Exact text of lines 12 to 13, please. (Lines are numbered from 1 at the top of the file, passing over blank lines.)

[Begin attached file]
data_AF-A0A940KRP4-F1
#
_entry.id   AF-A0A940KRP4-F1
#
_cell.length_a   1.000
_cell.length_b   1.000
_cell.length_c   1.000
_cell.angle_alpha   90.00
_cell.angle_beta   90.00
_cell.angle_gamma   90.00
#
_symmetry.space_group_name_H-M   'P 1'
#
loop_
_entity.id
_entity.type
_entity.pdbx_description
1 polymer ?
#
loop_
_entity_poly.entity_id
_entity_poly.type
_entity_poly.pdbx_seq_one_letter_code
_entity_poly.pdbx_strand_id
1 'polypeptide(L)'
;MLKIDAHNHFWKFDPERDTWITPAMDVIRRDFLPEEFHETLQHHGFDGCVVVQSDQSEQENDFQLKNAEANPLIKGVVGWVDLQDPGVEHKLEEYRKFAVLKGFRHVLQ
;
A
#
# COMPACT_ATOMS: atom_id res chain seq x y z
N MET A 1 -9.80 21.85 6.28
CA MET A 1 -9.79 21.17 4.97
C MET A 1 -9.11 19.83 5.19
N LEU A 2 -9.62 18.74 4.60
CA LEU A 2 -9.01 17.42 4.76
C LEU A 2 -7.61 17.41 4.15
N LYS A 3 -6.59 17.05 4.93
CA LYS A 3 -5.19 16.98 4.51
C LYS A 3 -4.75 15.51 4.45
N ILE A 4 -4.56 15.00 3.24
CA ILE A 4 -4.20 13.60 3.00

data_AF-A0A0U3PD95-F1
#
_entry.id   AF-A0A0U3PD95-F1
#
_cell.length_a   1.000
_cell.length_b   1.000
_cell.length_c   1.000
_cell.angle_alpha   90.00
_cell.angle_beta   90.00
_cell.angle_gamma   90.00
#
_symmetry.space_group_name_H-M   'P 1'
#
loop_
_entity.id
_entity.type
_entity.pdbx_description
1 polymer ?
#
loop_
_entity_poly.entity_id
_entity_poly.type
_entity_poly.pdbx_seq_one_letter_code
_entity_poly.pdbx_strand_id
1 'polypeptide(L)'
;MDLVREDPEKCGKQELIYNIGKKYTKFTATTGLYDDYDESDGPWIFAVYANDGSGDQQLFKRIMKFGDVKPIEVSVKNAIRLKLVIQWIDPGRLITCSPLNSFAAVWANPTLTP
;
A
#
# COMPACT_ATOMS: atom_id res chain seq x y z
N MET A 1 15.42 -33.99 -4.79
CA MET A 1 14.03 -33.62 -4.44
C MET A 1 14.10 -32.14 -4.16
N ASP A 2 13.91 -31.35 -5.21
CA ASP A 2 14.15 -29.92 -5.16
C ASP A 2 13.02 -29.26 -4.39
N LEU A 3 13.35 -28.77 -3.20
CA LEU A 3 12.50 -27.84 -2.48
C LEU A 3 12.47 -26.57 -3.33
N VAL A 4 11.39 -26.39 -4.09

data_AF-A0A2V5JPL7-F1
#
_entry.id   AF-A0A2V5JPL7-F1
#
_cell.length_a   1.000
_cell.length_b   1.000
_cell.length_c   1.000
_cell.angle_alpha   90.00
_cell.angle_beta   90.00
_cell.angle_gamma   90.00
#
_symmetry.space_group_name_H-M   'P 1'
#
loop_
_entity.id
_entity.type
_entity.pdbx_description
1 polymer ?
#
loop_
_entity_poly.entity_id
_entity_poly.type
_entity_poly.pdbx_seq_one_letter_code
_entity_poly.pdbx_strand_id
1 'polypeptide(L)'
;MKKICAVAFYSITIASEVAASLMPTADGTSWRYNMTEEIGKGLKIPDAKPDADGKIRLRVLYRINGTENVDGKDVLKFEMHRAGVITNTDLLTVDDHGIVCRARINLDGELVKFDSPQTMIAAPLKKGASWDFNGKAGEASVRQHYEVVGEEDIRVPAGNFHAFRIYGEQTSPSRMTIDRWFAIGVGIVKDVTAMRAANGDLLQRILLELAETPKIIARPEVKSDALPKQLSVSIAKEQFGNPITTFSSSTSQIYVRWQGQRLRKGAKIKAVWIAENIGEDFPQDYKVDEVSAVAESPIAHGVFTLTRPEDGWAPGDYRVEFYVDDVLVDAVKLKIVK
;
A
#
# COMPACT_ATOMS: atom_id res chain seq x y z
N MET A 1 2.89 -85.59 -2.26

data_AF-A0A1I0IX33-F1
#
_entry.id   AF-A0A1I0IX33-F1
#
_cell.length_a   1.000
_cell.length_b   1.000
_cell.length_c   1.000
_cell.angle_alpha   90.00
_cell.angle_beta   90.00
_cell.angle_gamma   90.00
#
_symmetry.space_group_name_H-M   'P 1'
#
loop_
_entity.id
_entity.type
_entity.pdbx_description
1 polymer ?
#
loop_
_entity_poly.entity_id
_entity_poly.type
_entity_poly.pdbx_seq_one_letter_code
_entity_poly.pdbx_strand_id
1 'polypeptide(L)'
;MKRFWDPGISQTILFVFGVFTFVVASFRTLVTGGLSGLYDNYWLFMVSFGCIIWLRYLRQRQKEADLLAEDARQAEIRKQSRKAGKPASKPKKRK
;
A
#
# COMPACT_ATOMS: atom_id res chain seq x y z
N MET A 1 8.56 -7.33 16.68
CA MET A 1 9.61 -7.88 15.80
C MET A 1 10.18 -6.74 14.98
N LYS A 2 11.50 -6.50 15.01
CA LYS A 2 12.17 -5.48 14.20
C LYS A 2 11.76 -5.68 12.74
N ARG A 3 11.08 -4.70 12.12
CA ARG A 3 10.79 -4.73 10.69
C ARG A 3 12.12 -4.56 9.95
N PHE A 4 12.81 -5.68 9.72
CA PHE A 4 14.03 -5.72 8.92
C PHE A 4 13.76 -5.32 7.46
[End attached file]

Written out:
_symmetry.space_group_name_H-M   'P 1'
#